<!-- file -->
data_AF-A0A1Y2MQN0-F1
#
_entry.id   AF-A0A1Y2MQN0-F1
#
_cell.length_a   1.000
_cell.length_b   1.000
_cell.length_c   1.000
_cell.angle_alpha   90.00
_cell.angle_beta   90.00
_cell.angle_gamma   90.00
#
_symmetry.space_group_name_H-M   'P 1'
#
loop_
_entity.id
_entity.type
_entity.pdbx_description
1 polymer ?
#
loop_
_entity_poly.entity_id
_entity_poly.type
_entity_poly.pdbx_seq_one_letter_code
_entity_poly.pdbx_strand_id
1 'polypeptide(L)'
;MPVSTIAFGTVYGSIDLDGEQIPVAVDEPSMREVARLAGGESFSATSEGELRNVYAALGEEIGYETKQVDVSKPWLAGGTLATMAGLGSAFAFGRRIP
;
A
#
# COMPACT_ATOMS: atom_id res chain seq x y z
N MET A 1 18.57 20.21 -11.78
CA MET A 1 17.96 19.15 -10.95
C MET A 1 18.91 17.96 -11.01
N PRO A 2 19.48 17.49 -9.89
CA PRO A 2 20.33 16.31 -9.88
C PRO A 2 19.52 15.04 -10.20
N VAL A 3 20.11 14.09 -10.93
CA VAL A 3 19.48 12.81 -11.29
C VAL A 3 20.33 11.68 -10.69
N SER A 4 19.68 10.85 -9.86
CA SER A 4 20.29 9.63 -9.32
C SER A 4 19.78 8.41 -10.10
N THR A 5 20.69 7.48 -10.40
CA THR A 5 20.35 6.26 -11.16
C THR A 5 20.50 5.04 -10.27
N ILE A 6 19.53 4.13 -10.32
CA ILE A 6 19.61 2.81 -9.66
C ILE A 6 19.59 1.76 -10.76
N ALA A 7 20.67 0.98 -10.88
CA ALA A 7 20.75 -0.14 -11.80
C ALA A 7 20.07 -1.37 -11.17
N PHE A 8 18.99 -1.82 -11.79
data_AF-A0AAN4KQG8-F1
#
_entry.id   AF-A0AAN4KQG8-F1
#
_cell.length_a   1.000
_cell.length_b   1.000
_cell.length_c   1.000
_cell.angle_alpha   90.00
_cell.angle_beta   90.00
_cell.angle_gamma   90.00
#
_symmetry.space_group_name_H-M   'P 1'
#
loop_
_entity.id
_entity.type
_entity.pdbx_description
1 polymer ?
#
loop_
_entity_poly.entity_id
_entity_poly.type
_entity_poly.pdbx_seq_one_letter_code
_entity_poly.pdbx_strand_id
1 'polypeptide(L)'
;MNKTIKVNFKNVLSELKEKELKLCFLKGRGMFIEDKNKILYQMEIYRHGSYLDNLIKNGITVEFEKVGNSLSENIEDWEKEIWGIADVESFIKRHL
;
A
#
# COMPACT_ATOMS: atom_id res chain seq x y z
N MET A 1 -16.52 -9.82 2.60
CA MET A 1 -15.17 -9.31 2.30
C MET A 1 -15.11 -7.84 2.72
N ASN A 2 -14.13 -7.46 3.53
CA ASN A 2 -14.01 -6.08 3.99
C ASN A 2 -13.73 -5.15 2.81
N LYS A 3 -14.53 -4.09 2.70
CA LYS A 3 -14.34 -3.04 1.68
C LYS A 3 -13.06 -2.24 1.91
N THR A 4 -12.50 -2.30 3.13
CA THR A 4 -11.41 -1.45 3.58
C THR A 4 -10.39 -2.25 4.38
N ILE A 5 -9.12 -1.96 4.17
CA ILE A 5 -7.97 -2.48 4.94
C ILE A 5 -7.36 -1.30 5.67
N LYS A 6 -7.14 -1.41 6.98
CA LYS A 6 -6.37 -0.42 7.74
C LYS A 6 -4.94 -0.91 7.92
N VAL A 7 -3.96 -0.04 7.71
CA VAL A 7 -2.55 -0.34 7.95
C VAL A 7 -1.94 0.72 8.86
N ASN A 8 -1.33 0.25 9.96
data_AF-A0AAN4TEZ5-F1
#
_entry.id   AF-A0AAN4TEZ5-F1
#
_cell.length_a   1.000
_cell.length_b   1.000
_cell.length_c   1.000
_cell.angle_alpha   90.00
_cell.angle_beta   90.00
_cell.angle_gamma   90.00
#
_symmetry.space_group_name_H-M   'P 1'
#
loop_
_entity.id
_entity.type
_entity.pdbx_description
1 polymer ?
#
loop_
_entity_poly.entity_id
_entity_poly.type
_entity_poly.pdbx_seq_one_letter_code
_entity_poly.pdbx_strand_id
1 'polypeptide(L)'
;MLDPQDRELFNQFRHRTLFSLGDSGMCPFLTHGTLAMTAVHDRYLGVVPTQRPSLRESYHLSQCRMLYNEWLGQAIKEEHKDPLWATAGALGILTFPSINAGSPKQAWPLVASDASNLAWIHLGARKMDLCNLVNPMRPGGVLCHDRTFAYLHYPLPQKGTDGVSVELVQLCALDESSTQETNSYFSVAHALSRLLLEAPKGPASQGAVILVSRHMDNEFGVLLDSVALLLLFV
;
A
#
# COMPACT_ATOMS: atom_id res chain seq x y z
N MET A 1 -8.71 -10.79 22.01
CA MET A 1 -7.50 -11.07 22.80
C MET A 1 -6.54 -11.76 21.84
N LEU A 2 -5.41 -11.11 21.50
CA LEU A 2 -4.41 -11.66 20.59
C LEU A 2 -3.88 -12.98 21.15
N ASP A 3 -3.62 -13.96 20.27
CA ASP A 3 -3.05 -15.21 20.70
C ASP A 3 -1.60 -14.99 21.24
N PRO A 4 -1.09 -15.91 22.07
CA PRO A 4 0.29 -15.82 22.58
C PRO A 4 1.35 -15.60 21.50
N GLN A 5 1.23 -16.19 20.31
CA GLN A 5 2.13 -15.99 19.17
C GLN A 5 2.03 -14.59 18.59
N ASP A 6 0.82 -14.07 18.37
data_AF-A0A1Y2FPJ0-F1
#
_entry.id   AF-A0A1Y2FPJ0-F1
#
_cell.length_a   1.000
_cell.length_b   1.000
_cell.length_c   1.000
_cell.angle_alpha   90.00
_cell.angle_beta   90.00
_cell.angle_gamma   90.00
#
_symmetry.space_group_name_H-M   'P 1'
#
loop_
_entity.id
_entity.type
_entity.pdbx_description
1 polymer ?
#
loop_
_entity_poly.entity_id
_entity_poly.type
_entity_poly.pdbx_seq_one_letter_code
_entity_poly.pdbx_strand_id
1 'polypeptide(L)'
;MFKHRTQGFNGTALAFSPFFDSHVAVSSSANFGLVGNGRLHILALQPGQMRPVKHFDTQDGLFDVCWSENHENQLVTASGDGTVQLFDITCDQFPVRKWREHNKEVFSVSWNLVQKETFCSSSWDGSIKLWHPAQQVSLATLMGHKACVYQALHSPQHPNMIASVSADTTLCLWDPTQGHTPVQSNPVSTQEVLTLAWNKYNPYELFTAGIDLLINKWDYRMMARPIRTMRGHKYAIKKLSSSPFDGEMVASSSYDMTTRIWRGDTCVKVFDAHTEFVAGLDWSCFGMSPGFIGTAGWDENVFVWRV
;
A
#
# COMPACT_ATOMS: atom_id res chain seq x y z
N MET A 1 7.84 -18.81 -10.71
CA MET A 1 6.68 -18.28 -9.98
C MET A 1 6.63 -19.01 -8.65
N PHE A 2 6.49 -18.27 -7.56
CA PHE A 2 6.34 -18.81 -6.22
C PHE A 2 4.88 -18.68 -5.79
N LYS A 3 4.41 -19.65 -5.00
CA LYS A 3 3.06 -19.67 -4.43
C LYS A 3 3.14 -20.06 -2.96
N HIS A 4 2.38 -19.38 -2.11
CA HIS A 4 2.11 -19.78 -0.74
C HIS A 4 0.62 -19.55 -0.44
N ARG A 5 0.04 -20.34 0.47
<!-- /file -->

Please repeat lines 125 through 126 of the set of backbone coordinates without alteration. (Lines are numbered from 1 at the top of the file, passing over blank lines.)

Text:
_entity_poly.entity_id
_entity_poly.type